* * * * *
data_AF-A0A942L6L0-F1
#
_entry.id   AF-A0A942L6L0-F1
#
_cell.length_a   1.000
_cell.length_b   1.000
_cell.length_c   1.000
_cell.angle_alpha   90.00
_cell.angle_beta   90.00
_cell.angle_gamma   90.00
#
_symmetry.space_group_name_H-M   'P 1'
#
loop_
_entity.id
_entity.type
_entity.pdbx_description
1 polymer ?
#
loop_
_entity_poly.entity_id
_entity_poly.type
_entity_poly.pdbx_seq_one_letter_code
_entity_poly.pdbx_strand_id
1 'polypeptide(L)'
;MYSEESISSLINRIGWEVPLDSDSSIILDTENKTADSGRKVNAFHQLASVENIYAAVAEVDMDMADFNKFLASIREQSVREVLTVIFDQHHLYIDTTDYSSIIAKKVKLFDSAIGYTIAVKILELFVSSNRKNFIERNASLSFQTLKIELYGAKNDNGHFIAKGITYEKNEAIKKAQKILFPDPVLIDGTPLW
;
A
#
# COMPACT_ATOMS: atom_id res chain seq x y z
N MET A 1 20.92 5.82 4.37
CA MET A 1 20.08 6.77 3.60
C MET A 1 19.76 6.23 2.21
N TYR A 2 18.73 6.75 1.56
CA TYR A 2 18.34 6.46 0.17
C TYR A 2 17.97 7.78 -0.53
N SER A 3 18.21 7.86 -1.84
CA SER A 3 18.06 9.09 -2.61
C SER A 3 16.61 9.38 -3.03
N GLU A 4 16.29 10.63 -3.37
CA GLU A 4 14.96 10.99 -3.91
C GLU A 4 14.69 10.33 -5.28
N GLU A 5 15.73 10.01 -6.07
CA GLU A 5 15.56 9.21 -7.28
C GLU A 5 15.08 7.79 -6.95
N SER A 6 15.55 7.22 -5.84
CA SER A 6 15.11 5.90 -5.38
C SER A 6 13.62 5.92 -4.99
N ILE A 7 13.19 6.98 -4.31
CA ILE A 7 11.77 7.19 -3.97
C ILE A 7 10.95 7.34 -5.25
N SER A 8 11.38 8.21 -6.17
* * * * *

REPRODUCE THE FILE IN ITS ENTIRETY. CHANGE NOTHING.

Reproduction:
data_AF-A0A942L6L0-F1
#
_entry.id   AF-A0A942L6L0-F1
#
_cell.length_a   1.000
_cell.length_b   1.000
_cell.length_c   1.000
_cell.angle_alpha   90.00
_cell.angle_beta   90.00
_cell.angle_gamma   90.00
#
_symmetry.space_group_name_H-M   'P 1'
#
loop_
_entity.id
_entity.type
_entity.pdbx_description
1 polymer ?
#
loop_
_entity_poly.entity_id
_entity_poly.type
_entity_poly.pdbx_seq_one_letter_code
_entity_poly.pdbx_strand_id
1 'polypeptide(L)'
;MYSEESISSLINRIGWEVPLDSDSSIILDTENKTADSGRKVNAFHQLASVENIYAAVAEVDMDMADFNKFLASIREQSVREVLTVIFDQHHLYIDTTDYSSIIAKKVKLFDSAIGYTIAVKILELFVSSNRKNFIERNASLSFQTLKIELYGAKNDNGHFIAKGITYEKNEAIKKAQKILFPDPVLIDGTPLW
;
A
#
# COMPACT_ATOMS: atom_id res chain seq x y z
N MET A 1 20.92 5.82 4.37
CA MET A 1 20.08 6.77 3.60
C MET A 1 19.76 6.23 2.21
N TYR A 2 18.73 6.75 1.56
CA TYR A 2 18.34 6.46 0.17
C TYR A 2 17.97 7.78 -0.53
N SER A 3 18.21 7.86 -1.84
CA SER A 3 18.06 9.09 -2.61
C SER A 3 16.61 9.38 -3.03
N GLU A 4 16.29 10.63 -3.37
CA GLU A 4 14.96 10.99 -3.91
C GLU A 4 14.69 10.33 -5.28
N GLU A 5 15.73 10.01 -6.07
CA GLU A 5 15.56 9.21 -7.28
C GLU A 5 15.08 7.79 -6.95
N SER A 6 15.55 7.22 -5.84
CA SER A 6 15.11 5.90 -5.38
C SER A 6 13.62 5.92 -4.99
N ILE A 7 13.19 6.98 -4.31
CA ILE A 7 11.77 7.19 -3.97
C ILE A 7 10.95 7.34 -5.25
N SER A 8 11.38 8.21 -6.17